Log in


RAMALLAH, June 13, 2018 (MENA) - At least eight Palestinians were injured Wednesday during clashes with Israeli occupation forces at al-Am'ari refugee camp in Ramallah with most of them suffering bullet wounds, according to the Palestine Red Crescent Society.

The Israeli troops also arrested a Palestinian man, 32, under the pretext of killing an Israeli soldier at al-Am'ari camp three weeks ago.

Khartoum, April 28, 2018 (AFP) - An insurgent group in Darfur claimed Saturday to have repelled government forces in fresh clashes in the war-torn region of western Sudan that the US says have displaced thousands of civilians.

The new fighting, in the Jebel Marra mountains, comes despite a ceasefire unilaterally announced by Khartoum in early March, applying to Darfur and another conflict in Blue Nile and South Kordofan states.

"The regime's military tried to take our positions but we repulsed them," Noureddine Kouki, a spokesman for the Sudan Liberation Army-Abdul Wahid rebel group, told AFP.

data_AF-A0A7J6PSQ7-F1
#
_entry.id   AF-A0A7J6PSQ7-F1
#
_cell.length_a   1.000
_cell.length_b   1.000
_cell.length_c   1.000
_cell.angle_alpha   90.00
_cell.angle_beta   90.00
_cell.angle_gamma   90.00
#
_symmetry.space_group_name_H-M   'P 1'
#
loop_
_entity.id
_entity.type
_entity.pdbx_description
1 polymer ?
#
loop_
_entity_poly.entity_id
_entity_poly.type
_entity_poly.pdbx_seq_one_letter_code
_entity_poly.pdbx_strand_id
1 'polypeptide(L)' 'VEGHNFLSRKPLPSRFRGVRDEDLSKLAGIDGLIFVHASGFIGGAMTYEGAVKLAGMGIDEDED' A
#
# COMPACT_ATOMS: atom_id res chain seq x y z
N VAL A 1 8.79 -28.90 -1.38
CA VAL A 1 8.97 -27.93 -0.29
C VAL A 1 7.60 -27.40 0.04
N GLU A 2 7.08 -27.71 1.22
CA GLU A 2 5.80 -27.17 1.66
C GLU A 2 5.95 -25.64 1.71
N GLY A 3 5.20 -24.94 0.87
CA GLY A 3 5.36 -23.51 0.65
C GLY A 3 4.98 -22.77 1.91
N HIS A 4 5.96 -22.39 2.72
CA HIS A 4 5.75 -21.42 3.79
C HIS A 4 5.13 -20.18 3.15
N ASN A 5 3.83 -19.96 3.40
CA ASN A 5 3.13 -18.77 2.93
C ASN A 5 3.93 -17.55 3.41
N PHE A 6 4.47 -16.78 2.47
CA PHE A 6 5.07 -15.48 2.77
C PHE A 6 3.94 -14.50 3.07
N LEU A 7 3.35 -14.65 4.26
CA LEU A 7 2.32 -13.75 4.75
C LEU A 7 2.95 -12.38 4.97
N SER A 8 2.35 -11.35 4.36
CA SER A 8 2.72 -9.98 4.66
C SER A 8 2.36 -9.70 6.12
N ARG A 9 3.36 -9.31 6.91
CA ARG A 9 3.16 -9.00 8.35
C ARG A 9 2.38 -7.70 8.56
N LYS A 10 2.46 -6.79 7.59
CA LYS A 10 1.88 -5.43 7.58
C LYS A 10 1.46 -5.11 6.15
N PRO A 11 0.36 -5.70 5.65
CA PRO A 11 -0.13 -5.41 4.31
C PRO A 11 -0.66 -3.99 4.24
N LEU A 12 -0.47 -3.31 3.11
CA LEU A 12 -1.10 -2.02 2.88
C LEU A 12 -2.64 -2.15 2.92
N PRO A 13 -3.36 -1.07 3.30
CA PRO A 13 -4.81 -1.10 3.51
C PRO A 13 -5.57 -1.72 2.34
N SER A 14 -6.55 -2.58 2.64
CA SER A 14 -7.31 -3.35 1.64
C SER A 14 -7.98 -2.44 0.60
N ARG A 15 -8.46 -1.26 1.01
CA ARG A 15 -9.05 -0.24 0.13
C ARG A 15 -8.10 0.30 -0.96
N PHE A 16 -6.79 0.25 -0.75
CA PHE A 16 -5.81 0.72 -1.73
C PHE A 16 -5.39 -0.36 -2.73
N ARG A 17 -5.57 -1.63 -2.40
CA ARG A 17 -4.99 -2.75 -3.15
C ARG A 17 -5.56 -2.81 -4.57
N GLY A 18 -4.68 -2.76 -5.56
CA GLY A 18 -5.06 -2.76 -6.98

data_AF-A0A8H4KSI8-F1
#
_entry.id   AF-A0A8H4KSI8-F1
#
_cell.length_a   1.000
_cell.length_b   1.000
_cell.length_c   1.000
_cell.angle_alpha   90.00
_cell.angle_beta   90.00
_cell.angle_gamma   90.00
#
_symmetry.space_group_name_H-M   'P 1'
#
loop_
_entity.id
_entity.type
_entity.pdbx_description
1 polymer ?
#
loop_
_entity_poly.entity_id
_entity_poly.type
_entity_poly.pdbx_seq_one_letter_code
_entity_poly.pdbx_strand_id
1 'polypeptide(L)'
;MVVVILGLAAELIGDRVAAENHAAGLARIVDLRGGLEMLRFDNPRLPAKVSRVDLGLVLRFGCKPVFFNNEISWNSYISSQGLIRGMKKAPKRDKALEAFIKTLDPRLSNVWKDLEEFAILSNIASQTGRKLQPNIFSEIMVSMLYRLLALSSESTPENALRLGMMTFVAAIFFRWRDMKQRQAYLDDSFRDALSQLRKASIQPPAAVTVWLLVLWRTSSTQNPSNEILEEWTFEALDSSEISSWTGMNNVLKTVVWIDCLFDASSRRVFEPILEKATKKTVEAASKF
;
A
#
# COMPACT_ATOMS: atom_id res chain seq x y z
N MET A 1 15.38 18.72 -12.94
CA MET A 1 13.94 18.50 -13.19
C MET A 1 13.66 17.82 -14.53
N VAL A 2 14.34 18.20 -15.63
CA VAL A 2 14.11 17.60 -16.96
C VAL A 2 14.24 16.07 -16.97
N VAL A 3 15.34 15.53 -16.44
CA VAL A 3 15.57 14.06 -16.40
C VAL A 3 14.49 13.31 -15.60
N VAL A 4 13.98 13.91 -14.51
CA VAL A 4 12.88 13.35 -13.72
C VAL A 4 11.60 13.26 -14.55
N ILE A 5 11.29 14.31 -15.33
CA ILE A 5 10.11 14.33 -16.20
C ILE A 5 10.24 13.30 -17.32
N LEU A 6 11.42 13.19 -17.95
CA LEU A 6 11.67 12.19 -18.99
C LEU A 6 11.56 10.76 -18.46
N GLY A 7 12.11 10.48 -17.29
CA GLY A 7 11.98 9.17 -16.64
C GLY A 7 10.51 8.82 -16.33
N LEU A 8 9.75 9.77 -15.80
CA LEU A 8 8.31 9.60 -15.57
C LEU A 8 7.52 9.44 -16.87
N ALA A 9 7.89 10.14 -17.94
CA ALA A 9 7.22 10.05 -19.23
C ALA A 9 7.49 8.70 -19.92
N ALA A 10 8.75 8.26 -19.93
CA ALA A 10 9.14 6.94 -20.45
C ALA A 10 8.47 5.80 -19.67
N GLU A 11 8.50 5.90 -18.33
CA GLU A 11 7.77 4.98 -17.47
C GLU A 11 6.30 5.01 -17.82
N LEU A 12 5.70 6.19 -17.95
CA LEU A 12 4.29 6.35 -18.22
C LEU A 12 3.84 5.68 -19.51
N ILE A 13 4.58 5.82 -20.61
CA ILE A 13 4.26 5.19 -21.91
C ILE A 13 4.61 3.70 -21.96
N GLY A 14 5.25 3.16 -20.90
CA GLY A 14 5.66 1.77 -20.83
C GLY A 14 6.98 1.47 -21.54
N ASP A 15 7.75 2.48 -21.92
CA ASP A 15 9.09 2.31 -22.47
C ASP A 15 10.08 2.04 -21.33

Washington confirmed on Friday fresh clashes have taken place in recent days, saying it was "deeply concerned" by the violence.

"There are credible reports that villages were targeted for attack ... resulting in thousands of newly displaced civilians," US State Department spokeswoman Heather Nauert said in a statement on Friday.

The fighting is between the SLA/AW group and Sudanese government forces in the Jebel Marra mountains and it has sent villagers fleeing into mountain hideouts and caves, the rebels say.

An insurgency began in Darfur in 2003, as rebels rose up against Sudan's government, accusing it of marginalisation.

Khartoum responded by using militias to crack down on rebels and since then, insurgent groups have fragmented, with fighting punctuated by periods of relative calm.

"We call on all sides -- the government of Sudan forces, SLA/AW and armed tribal groups -- to immediately halt their provocative actions and violent responses," said Nauert.